Further develop that goal by asking yourself, “What do I want to see, feel, or experience as a result?” Typically, goals are bigger than the goals themselves. It isn’t really just about the weight loss, but about what the weight loss allows you to see, feel, or experience.
Courtesy of Le Vy
The best way to create change in your life is to create change in your life. But, how do you create sustainable change? Here, I will offer five ways you may not only create some change in your life, but have it be sustainable.
Seize The Gaps.
When merging into freeway traffic, it is the job of the one merging to get up to speed, seize the gap, and then zipper-merge into traffic. The driver merging on to the freeway changes to meet the flow of traffic.
Similarly, in order to create change in your life, you must seize the gaps between where you are and where you want to be. You seize these gaps by defining them. You might decide you want to lose weight. That’s great, but that goal isn’t defined. Define what you weigh now and what you would like to weigh on a future date.
Create goals that align with where you want to be, and then create a plan. You might define your weight loss goal as losing 40 pounds over the next year. This goal is defined, and has a time limit, which is a good start.
Further develop that goal by asking yourself, “What do I want to see, feel, or experience as a result?” Typically, goals are bigger than the goals themselves. Weight loss often means having more energy, more confidence, and more quality time with friends and family.
You will likely need to define some action steps that support this goal as well. In a weight loss goal, this is likely going to include following a diet plan and exercising regularly. To get even more specific, you might define a calorie budget and get a gym membership, ensuring you visit that gym regularly, of course.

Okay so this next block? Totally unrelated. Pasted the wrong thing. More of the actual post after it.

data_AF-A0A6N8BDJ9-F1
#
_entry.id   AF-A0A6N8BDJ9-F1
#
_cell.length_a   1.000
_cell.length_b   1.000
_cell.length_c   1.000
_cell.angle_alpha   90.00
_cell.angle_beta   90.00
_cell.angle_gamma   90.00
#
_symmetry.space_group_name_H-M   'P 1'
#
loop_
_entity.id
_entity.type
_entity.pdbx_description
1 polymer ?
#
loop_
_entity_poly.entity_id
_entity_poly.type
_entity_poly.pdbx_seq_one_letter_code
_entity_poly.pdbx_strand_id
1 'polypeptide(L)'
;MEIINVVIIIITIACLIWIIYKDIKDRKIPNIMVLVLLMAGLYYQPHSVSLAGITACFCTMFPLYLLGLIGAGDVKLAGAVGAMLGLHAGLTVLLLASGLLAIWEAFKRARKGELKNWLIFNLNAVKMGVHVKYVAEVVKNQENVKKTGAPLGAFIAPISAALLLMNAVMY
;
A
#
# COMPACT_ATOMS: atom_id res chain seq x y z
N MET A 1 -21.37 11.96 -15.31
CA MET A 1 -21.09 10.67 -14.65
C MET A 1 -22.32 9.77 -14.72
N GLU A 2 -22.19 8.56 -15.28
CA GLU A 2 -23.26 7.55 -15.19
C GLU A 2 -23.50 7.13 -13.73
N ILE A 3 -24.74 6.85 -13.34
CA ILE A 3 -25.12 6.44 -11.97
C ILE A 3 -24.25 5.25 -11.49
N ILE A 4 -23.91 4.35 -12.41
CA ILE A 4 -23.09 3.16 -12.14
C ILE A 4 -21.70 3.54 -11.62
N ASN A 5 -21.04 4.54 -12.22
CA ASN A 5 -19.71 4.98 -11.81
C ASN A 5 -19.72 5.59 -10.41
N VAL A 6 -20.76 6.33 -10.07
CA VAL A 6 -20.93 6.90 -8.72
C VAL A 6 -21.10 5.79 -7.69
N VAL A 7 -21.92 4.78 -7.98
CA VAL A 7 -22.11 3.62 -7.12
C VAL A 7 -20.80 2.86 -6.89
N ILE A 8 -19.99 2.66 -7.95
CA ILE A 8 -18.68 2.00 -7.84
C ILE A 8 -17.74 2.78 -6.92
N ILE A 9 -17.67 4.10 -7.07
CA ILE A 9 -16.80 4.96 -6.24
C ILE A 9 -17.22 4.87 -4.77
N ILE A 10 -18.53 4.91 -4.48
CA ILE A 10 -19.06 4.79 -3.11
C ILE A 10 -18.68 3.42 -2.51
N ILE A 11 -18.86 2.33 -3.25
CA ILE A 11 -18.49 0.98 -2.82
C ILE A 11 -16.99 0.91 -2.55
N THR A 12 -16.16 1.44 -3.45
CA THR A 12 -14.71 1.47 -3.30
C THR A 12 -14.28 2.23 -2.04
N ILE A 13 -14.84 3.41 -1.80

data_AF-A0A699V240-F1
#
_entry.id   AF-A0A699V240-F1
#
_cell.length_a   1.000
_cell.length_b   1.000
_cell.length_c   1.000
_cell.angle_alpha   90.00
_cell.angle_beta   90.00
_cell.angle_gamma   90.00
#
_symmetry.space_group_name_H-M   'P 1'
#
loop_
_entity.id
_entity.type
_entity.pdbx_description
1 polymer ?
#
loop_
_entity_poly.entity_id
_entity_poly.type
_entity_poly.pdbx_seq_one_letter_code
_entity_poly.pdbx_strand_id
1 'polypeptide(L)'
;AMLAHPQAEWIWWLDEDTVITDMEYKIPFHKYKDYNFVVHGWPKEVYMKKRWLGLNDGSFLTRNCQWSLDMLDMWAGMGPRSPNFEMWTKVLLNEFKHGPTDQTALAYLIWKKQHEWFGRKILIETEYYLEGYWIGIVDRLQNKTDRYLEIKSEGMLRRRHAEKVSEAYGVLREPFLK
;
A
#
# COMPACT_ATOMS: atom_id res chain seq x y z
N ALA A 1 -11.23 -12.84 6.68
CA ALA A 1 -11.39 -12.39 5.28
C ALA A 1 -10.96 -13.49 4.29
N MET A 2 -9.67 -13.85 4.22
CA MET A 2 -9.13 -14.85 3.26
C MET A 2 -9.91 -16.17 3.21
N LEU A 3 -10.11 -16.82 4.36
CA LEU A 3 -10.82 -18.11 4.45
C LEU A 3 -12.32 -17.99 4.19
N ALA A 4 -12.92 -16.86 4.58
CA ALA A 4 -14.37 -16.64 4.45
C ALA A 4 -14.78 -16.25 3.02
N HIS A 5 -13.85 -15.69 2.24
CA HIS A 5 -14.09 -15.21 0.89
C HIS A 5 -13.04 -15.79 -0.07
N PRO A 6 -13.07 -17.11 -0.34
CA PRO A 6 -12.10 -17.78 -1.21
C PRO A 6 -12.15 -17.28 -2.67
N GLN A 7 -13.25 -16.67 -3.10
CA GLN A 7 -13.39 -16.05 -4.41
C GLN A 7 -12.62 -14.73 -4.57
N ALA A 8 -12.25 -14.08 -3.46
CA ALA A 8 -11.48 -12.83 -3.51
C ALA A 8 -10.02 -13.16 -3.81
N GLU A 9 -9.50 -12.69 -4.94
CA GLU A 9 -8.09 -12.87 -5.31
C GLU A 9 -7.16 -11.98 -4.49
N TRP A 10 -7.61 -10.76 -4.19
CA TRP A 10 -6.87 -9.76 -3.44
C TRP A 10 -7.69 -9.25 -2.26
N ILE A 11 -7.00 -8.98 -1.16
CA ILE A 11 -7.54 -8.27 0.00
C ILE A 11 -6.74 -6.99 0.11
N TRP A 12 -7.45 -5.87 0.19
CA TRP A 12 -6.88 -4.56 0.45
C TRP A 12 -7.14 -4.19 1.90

Develop Habits And Routines.
As previously stated, a goal is best carried out with an idea of what the goal represents, and an action plan. The action plan of eating less and exercising will require not only some specificity, but some commitment to habits and routines. Eating meals regularly, good sleep hygiene, and frequent exercise is a good start. In fact, The Department of Health and Human Services recommends about 150 minutes of exercise per week for adults, so make a plan and get moving!
Give Yourself Permission.
You will fail. You will decide you are going to eat 1500 calories per day and exercise on Monday, Wednesday, and Friday. Then, someone in your family will have a birthday, and only pizza and cake will be served at the party. Of course, you could work to control portions and still enjoy yourself, but you’re human. And pizza is, well… pizza. And if it’s ice cream cake, well, let’s face it, you were probably screwed going into this.
Give yourself permission to fail. But don’t make failing a habit. Giving yourself permission to be in progress gives you room to learn from failures, rather than feel guilty and dwell on the fact that you ate the whole face off of a Pikachu ice cream cake.
No matter how incremental, celebrate your progress. If there is a birthday party next month, and if you’re invited, there is likely going to be pizza. And cake. Again. But suppose you eat one slice of pizza and a half of piece of cake this time? That’s progress!
Seize the gap of where you are and where you want to be by defining that gap. Create goals. Develop an action plan that is supported by habits and routines. Give yourself permission to be in progress and learn from your failures. And lastly, celebrate progress, no matter how incremental it might be.